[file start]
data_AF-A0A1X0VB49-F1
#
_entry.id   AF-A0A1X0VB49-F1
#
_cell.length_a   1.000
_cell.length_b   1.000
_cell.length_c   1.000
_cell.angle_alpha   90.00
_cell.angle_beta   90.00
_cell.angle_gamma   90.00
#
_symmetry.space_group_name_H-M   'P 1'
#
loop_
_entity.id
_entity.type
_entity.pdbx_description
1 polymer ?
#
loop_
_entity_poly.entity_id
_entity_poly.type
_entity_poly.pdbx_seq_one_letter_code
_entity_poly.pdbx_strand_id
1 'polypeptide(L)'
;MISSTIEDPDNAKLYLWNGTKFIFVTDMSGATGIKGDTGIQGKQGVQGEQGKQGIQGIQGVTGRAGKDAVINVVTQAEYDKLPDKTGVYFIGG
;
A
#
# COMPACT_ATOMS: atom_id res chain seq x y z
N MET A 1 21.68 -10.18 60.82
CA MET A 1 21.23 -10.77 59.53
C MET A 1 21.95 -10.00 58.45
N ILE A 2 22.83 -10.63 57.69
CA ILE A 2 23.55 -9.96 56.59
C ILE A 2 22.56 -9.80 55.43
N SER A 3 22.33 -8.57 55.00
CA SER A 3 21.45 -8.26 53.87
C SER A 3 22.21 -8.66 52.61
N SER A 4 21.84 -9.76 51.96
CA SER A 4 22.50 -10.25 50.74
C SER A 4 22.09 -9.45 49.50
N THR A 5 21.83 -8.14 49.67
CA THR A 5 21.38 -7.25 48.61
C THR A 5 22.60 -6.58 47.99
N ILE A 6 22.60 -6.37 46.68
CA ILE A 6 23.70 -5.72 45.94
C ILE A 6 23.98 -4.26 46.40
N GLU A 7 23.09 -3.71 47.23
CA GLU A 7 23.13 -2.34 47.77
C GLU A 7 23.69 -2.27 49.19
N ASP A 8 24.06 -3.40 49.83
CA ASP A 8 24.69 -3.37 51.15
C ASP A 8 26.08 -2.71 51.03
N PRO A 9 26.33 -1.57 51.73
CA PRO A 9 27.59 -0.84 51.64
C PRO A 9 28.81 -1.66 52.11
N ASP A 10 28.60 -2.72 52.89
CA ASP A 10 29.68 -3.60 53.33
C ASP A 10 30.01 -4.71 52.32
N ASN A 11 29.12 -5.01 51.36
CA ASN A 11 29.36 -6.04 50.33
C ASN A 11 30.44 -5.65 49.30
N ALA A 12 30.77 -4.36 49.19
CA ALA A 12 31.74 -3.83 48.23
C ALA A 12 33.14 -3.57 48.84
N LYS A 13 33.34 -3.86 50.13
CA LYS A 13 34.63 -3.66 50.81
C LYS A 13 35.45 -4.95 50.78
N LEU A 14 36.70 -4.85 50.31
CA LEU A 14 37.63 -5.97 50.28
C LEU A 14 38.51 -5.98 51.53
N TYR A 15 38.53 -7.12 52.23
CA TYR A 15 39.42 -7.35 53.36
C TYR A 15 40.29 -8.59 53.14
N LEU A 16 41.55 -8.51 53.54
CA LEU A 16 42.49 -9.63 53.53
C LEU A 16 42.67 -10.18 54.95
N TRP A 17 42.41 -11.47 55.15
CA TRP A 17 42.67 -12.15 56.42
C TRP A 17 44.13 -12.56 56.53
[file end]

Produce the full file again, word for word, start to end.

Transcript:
data_AF-A0A1X0VB49-F1
#
_entry.id   AF-A0A1X0VB49-F1
#
_cell.length_a   1.000
_cell.length_b   1.000
_cell.length_c   1.000
_cell.angle_alpha   90.00
_cell.angle_beta   90.00
_cell.angle_gamma   90.00
#
_symmetry.space_group_name_H-M   'P 1'
#
loop_
_entity.id
_entity.type
_entity.pdbx_description
1 polymer ?
#
loop_
_entity_poly.entity_id
_entity_poly.type
_entity_poly.pdbx_seq_one_letter_code
_entity_poly.pdbx_strand_id
1 'polypeptide(L)'
;MISSTIEDPDNAKLYLWNGTKFIFVTDMSGATGIKGDTGIQGKQGVQGEQGKQGIQGIQGVTGRAGKDAVINVVTQAEYDKLPDKTGVYFIGG
;
A
#
# COMPACT_ATOMS: atom_id res chain seq x y z
N MET A 1 21.68 -10.18 60.82
CA MET A 1 21.23 -10.77 59.53
C MET A 1 21.95 -10.00 58.45
N ILE A 2 22.83 -10.63 57.69
CA ILE A 2 23.55 -9.96 56.59
C ILE A 2 22.56 -9.80 55.43
N SER A 3 22.33 -8.57 55.00
CA SER A 3 21.45 -8.26 53.87
C SER A 3 22.21 -8.66 52.61
N SER A 4 21.84 -9.76 51.96
CA SER A 4 22.50 -10.25 50.74
C SER A 4 22.09 -9.45 49.50
N THR A 5 21.83 -8.14 49.67
CA THR A 5 21.38 -7.25 48.61
C THR A 5 22.60 -6.58 47.99
N ILE A 6 22.60 -6.37 46.68
CA ILE A 6 23.70 -5.72 45.94
C ILE A 6 23.98 -4.26 46.40
N GLU A 7 23.09 -3.71 47.23
CA GLU A 7 23.13 -2.34 47.77
C GLU A 7 23.69 -2.27 49.19
N ASP A 8 24.06 -3.40 49.83
CA ASP A 8 24.69 -3.37 51.15
C ASP A 8 26.08 -2.71 51.03
N PRO A 9 26.33 -1.57 51.73
CA PRO A 9 27.59 -0.84 51.64
C PRO A 9 28.81 -1.66 52.11
N ASP A 10 28.60 -2.72 52.89
CA ASP A 10 29.68 -3.60 53.33
C ASP A 10 30.01 -4.71 52.32
N ASN A 11 29.12 -5.01 51.36
CA ASN A 11 29.36 -6.04 50.33
C ASN A 11 30.44 -5.65 49.30
N ALA A 12 30.77 -4.36 49.19
CA ALA A 12 31.74 -3.83 48.23
C ALA A 12 33.14 -3.57 48.84
N LYS A 13 33.34 -3.86 50.13
CA LYS A 13 34.63 -3.66 50.81
C LYS A 13 35.45 -4.95 50.78
N LEU A 14 36.70 -4.85 50.31
CA LEU A 14 37.63 -5.97 50.28
C LEU A 14 38.51 -5.98 51.53
N TYR A 15 38.53 -7.12 52.23
CA TYR A 15 39.42 -7.35 53.36
C TYR A 15 40.29 -8.59 53.14
N LEU A 16 41.55 -8.51 53.54
CA LEU A 16 42.49 -9.63 53.53
C LEU A 16 42.67 -10.18 54.95
N TRP A 17 42.41 -11.47 55.15
CA TRP A 17 42.67 -12.15 56.42
C TRP A 17 44.13 -12.56 56.53